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The views and opinions expressed in our blog series are those of the authors and are not necessarily supported by CareSearch, Flinders University and/or the Australian Government Department of Health.
Health professionals need to know the law that governs withholding and withdrawing life-sustaining treatment. Law is not at the centre of the clinical encounter, but it is part of the regulatory framework that governs these decisions. Failure to know and follow the law puts health professionals and their patients at risk. But we know there are gaps in health professionals’ legal knowledge in this area and this is not surprising either, given how complex and difficult this field of law is.
I often hear people say that once a person enters a residential aged care facility that the caring role provided by the person’s family and friends is no longer required, and yet this couldn’t be further from the truth. Aged care staff encourage family and friends to stay actively involved in a person’s life. There are many obvious reasons why this is so necessary.
Moving homes is generally a stressful and emotional time and, for residential aged care, this can be further exacerbated by the fact that it is often in response to a crisis. Someone’s mother has been admitted to hospital after a nasty fall or the care requirements of someone’s husband has increased because their diabetes isn’t being well managed. Therefore, not only are people having to make important decisions about where they, or their loved one, is going to live, but this is generally during a time when emotions are high and various members of the family may have different opinions.
The release of the Guidelines for a Palliative Approach in Residential Aged Care (APRAC) and the Guidelines for a Palliative Approach for Aged Care in the Community Setting (COMPAC) were a significant advance in recognising and responding to changing population demography in Australia. They aimed to support the provision of palliative care for older people living in the community or in residential aged care by identifying and evaluating the evidence for care to promote quality of life for older Australians who have a life-limiting illness or who are becoming progressively frailer during old age. The two sets of guidelines were important landmarks nationally and internationally.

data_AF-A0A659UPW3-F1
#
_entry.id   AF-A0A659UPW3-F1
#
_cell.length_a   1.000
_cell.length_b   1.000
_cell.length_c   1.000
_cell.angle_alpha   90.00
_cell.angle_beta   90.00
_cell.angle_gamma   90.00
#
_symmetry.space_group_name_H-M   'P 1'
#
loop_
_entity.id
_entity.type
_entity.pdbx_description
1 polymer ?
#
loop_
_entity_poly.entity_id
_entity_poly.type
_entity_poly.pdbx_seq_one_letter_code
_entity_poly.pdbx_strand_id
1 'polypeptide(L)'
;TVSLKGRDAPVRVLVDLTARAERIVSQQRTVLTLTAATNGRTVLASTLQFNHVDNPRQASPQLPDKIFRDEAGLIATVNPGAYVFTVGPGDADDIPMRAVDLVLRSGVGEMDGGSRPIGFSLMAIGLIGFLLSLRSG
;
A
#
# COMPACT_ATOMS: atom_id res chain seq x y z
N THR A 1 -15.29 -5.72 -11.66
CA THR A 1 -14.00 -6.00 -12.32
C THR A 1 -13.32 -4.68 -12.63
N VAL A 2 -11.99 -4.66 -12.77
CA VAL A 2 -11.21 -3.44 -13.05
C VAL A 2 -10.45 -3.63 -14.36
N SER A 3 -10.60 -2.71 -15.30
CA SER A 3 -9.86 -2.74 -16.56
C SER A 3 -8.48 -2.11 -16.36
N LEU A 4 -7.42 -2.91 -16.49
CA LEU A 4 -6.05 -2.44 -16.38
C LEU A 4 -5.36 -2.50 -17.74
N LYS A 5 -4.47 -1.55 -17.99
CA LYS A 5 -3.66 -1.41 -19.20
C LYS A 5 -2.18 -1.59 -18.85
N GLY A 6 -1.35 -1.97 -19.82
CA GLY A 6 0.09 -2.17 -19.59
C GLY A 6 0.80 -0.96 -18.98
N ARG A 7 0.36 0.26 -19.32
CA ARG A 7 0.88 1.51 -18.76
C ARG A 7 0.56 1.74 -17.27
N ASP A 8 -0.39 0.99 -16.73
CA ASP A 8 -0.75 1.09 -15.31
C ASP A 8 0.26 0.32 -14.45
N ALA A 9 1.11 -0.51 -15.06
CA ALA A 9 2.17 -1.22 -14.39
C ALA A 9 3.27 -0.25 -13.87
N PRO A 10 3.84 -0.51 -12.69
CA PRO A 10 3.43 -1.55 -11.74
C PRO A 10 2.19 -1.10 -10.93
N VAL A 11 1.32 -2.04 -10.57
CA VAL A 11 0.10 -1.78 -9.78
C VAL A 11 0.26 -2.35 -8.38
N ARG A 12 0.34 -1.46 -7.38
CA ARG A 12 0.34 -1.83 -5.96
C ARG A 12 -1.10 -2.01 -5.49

During National Palliative Care Week, the University of Technology Sydney (UTS) hosted a forum on dementia care planning facilitated by the Director of The Centre for Cardiovascular and Chronic Care, Faculty of Health, Professor Jane Phillips. Imelda Gilmore, an Alzheimer’s Australia NSW Dementia Advocate and wife of a person with dementia, opened the forum by highlighting the importance of “getting the word out to have conversations about end of life early on”. A recurring theme at the forum was the need for care decisions to be person-centred and focused on what the person with dementia would have wanted were they able to speak for themselves, rather than the wishes of surrogate decision-makers. Lynn Chenoweth (Professor of Nursing at the Centre for Healthy Brain Ageing, The University of New South Wales) defined person-centredness as respecting the person with dementia’s “values, beliefs, history, likes and dislikes … all of the things that make them unique”.